The do-everything-from-home revolution – work, study and play – led to a record 90.3 million personal computers being shipped into the channel in the fourth quarter of last year, up a whopping 25.4 per cent compared to the pre-pandemic final quarter of 2019.
“The industry deserves all the success that has come its way,” said a cheerleading Rushabh Doshi, Canalys research director. “We would be in a very different position had it not been for the commitment of the PC industry, including the vendors, the supply chain and the distribution channel.”
Lenovo stretched its lead at the top in the PC sales stakes to account for one in every four PCs sold worldwide, growing 29.1 per cent to 23.12 million units. Gianfranco Lanci, the Chinese conglomerate's COO, said last year he expected the total addressable PC market to expand by 30 per cent to 300 million units in 2021, due to the way the virus forced people to work and study. It look like he was right, albeit earlier than forecast.
Growing at 10 per cent – less than half the market average – HP reported Q4 shipments of 19.13 million units. The company faced it fair share of battles to secure supply enough components last year but it isn’t clear if this or some other factor played a part in the relatively muted growth.
PC makers warn of battle for air freight capacity, will have to fight for cargo space with... the COVID-19 vaccineREAD MORE
Dell held onto third spot but narrowed the gap with HP, growing 27 per cent on the back of 15.79 million shipments. This is a recovery from calendar Q3 when Dell told us it had steered clear of the lower margin kit sold in the annual back-to-school push.
Apple topped the growth charts for the quarter with a 45 per cent rise in sales to 7.18 million units and Acer was up 38.6 per cent to 6.151 million. Even the 'others' section – typically a part of the market comprised of shrinking brands – was up, growing 27 per cent to 19.92 million systems sold.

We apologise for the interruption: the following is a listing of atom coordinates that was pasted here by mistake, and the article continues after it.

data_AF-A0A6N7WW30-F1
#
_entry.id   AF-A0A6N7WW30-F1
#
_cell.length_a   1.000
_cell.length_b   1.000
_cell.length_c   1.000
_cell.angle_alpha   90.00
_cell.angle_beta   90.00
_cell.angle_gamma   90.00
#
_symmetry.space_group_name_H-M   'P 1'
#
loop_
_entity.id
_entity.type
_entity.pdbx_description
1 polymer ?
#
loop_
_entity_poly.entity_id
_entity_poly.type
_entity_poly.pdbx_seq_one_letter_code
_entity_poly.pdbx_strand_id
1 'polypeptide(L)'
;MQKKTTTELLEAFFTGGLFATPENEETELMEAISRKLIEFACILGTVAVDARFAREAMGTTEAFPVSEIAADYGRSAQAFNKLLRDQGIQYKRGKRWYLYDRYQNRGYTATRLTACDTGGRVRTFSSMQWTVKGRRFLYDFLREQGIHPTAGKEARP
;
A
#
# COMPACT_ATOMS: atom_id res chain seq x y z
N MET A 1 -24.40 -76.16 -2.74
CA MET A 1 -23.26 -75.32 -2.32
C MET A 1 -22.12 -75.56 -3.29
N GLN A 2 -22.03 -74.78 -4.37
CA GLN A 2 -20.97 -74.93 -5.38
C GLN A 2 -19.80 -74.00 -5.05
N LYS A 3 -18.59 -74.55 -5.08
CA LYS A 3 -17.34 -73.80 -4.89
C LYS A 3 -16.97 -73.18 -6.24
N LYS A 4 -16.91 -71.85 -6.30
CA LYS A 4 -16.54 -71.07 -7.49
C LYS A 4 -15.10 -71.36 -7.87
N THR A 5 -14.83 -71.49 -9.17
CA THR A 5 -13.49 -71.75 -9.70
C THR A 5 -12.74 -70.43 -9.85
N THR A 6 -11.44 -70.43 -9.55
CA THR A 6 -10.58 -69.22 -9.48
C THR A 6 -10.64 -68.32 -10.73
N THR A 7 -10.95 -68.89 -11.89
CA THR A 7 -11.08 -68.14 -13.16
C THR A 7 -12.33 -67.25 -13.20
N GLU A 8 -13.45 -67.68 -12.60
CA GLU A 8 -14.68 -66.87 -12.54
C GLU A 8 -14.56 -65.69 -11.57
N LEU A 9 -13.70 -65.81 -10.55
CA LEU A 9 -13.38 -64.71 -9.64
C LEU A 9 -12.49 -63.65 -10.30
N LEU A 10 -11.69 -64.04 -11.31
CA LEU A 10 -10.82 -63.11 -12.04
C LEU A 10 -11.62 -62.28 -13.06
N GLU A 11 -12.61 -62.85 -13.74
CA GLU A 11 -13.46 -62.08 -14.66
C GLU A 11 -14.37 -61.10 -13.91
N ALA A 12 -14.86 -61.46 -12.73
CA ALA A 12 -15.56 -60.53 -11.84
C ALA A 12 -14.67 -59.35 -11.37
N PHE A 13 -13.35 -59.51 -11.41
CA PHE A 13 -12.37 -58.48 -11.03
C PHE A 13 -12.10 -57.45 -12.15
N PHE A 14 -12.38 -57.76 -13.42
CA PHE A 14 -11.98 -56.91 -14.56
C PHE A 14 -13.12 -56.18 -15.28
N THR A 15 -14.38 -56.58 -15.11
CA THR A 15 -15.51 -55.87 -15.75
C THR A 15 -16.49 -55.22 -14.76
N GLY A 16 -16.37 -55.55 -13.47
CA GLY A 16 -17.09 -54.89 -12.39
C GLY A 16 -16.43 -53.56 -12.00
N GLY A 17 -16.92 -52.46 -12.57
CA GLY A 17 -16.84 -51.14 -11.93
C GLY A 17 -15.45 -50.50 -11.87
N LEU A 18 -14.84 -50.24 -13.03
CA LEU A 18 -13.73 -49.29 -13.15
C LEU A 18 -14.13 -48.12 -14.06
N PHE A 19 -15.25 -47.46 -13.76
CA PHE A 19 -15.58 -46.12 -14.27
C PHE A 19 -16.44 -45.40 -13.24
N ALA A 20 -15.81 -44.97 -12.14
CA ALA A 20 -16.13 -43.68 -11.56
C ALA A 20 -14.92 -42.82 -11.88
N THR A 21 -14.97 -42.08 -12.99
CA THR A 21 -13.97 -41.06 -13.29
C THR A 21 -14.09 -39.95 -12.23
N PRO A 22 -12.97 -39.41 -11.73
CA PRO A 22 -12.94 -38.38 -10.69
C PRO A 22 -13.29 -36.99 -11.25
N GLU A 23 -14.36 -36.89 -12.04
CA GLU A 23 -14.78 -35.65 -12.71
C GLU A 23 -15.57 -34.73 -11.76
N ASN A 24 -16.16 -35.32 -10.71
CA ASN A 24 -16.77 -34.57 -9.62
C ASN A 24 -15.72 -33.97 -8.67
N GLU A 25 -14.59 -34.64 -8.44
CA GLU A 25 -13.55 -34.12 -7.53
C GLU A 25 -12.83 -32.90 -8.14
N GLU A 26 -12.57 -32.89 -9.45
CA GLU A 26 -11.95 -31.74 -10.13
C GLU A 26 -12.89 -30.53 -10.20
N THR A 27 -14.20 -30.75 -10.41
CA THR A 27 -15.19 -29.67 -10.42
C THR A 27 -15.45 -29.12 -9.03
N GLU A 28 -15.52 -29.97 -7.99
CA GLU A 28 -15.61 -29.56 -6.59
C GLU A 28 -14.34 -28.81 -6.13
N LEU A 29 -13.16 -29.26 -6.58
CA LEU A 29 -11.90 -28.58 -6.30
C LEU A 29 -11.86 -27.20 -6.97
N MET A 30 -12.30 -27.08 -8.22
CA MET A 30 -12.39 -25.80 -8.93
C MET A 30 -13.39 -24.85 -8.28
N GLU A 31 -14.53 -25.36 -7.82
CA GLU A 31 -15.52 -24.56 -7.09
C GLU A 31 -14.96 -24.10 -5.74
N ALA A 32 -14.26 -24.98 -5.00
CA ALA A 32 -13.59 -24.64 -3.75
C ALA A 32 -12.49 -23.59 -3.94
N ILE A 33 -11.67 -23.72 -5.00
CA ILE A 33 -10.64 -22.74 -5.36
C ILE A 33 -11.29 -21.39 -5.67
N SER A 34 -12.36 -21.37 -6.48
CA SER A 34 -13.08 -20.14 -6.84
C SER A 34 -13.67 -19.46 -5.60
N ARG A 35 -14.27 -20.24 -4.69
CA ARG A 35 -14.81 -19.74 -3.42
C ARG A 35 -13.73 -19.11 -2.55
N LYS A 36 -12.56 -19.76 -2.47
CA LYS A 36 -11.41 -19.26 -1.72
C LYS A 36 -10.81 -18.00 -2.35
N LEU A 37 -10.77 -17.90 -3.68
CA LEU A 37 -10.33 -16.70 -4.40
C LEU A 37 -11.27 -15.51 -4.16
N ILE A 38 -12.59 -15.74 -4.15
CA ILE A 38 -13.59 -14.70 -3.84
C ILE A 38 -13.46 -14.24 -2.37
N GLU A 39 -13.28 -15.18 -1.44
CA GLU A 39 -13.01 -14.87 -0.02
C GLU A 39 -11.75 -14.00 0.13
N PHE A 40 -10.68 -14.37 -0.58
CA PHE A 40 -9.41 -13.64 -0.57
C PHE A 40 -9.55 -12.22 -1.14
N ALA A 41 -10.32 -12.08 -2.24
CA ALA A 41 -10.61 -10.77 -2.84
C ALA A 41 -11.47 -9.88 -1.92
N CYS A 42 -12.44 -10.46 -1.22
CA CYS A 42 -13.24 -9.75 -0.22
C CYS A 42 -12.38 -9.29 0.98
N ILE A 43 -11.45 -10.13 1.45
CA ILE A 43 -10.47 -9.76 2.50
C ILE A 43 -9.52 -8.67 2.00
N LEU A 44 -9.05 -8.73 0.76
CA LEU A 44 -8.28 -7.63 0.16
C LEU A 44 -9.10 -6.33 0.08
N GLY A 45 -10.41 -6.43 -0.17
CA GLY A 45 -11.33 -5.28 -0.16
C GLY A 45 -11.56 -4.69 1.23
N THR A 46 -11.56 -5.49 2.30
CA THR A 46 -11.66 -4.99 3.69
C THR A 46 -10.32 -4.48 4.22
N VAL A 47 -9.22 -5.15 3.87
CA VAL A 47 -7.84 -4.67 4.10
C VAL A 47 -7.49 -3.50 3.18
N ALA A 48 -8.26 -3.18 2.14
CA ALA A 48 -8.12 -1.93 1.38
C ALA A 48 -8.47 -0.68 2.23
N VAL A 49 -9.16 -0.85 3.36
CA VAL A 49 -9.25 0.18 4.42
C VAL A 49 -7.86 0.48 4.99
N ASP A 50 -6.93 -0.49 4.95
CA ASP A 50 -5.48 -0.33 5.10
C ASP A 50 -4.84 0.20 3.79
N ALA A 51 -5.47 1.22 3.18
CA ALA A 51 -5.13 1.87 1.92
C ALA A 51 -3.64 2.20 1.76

*For the whole year, Canalys logged shipments of 297 million bits of kit, up 11 per cent, which equates to the highest annual growth rates seen in a decade. This was “singlehandedly” driven by notebooks and mobile workstations, which grew 44 per cent on 2019 to 235.1 million units. On the flip side, desktop and desktop workstations fell by a fifth year-on-year to 61.9 million.
Canalys is predicting another year of healthy activity in the PC market, with Apple and Microsoft's new silicon points of interest and updates to Chrome and Windows. And the analysts reckon component shortages that dogged the industry in recent times will have mostly been dealt with by the second half of 2021.
According to Dell, another factor might come into play this year, in addition to the work and study-from-home trend that is fuelling shipments.
Matt Baker, senior veep for strategy and planning told the Raymond James Tech Investor conference in December there are a generation of PCs out there that are older than four years. “That’s about 700 million of our installed base or the industry’s installed base that really needs to be refreshed.”
Dutt at Canalys said: “As the world readies itself to get vaccinated and overcome the COVID-19 virus, it is important to remember that PCs have played a vital role at every stage on this fight, from understanding the virus and synthesising the vaccine, to social monitoring and vaccine roll-out. It is going to be extremely difficult to write off the PC as some of us did a few years ago. PCs are here to stay. ®
PS: IDC says PC sales grew 26.1 per cent, year on year, in Q4 2020.